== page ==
The United States itself is passing through a tough time, which I'm sure it will recover from this stress, but for over 20 years its aviation industry has been damaged by medieval regulations. No, wait, don't attack regulations. Well, regulations and a bit more.

    We know pilot benefits have been seriously reduced. So as salaries. How such segment that moves 1$ trillion dollars to its country economy is so unfair to its main employees? Clearly U.S regulators need to do the laundry.

    Emirates came up with the idea of competing globally through the Freedoms of the Air. Serving between New York and Milan. Initially with a B777-300ER with an option of flying A380s. ALPA took it very seriously and they are not happy because the american aviation industry has no bedrock to compete globally and this was one tough impact made by an airline from the Middle East which services are so appreciated worldwide. And more, NYC-Milan is just so fashionable... And this is just one example.

    Goodbye regionals... Hello Networks and Cheapos! We are changing. I would not fly as a regional pilot if they cannot provide me a trustful benefit. Neither by compulsiveness. I know this is not applicable to all. I'm mean generally.

    Boeing's market outlook is a green light. Wait, is this traffic light only for stakeholders or it is applicable to pilots as well? I am referring to the United States. Not Asia-Pacific.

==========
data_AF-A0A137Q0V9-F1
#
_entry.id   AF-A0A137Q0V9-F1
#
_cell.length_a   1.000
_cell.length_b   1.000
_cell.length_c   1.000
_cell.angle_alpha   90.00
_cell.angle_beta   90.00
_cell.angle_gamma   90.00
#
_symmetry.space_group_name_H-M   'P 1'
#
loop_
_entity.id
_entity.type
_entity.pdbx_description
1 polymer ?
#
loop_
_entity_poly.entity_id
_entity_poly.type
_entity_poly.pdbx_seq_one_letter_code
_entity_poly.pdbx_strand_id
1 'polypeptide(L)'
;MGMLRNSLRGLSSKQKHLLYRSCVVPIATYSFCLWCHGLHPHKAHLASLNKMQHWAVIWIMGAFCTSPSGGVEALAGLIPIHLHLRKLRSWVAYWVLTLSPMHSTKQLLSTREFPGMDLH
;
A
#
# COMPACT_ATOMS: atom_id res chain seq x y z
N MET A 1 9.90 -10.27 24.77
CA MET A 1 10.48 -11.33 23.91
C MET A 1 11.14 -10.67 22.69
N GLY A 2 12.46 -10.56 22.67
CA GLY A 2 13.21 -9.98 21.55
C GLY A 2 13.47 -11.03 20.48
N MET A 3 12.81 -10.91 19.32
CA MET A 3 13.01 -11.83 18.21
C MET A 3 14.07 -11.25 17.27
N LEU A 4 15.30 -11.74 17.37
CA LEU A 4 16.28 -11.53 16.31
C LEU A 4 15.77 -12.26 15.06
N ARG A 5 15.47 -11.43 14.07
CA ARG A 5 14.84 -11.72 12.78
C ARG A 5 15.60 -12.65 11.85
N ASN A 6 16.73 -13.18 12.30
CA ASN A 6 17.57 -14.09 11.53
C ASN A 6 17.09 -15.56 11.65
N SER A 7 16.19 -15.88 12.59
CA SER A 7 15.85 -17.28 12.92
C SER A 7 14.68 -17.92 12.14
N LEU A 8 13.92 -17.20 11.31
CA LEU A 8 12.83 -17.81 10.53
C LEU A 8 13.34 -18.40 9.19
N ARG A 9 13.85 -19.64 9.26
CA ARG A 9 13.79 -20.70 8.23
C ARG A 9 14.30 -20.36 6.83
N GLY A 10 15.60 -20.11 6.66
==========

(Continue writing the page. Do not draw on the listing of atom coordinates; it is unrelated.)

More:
Cecilie's comment brings up one interesting point. Education. I think me and you (Karlene) are confident about education. Student pilots are still believing in the fact pilots don't need University degrees. Other specializations are obviously great to hold. Karlene, there is a Captain making videos on youtube telling many viewers not to go to University. It is not needed, he claims. He is a B747-200 sailor. Cargo.

    ICAO and IATA are coming up with new ideas to make our skies more safer and sustainable. Things will reach a point where regulations will need to be revised and changed. Also, let's make sure the right people will be there at the right time.

    Enough drama now... The good news is economical recovery. Business is beginning to regain confidence. Over the next years, new pilots will be contracted. Things will get better. But I believe a new policy must be created, because the american aviation industry has a huge potential and the country is just not using it at full speed.

    Main problems are not being caused by airlines, but how inflexible and confident the policy is.

    Wait... Who am I to criticize? Okay, time to stop writing a big text full of unnecessary things and go to the doctor for my lungs x-ray for my pilot medical. What a contradiction!


    1. Alex, I had to make sure I was well rested before I read this. This is an outstanding comment. And should be an article all on its own. May I have permission to share it? Your thoughts are provoking and your writing exceptional! Thank you for the great comment.

    2. Oh my... I didn't know it was that good! lol

      Yes you may share it. Just have in mind this is not a perfect premise, but it is in good conditions to be posted somewhere else and shared.